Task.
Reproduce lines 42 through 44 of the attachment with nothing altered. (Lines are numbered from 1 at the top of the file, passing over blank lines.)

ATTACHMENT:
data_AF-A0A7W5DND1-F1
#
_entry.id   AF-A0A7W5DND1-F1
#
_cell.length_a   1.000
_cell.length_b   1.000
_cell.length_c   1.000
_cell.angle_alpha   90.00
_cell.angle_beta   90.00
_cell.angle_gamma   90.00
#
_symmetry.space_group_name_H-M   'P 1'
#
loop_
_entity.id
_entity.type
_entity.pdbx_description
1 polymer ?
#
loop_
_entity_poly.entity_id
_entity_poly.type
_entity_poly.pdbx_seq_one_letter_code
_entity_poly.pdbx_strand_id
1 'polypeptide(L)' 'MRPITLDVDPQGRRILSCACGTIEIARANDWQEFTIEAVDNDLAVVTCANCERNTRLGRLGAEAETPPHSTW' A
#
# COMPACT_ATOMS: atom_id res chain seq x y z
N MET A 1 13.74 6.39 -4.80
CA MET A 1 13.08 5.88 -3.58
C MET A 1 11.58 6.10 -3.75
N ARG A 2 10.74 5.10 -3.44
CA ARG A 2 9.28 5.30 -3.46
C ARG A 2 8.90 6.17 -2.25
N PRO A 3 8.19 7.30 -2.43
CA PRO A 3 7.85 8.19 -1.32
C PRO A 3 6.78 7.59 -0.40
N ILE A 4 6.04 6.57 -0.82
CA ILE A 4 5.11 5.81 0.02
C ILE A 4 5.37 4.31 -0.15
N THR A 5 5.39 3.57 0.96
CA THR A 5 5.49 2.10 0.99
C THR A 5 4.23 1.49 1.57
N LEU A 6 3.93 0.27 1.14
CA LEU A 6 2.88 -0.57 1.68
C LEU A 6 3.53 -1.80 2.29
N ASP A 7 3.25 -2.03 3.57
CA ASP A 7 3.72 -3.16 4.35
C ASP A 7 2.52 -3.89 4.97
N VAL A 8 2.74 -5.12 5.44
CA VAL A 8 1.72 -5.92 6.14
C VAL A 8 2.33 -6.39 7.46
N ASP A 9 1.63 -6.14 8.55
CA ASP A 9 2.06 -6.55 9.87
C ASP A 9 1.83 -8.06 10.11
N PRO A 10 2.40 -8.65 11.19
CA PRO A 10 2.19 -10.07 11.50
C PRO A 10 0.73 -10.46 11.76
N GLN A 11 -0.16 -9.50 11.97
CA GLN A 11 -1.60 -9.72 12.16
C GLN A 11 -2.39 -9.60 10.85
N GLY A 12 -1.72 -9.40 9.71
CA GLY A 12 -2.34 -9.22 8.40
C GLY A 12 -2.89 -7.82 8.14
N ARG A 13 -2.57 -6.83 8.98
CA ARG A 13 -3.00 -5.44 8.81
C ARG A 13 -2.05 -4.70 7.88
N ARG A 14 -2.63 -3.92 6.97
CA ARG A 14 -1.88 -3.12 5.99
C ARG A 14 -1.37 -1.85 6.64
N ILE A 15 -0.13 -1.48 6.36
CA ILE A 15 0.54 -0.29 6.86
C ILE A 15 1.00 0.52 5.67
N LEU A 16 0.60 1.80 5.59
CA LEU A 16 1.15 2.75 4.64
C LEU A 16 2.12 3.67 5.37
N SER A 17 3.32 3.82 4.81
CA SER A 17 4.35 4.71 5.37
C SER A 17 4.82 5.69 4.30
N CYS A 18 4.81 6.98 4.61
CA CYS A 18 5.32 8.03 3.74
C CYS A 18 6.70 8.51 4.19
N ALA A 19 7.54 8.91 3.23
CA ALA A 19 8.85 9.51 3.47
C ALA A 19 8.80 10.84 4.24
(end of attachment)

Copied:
C THR A 5 4.23 1.49 1.57
N LEU A 6 3.93 0.27 1.14
CA LEU A 6 2.88 -0.57 1.68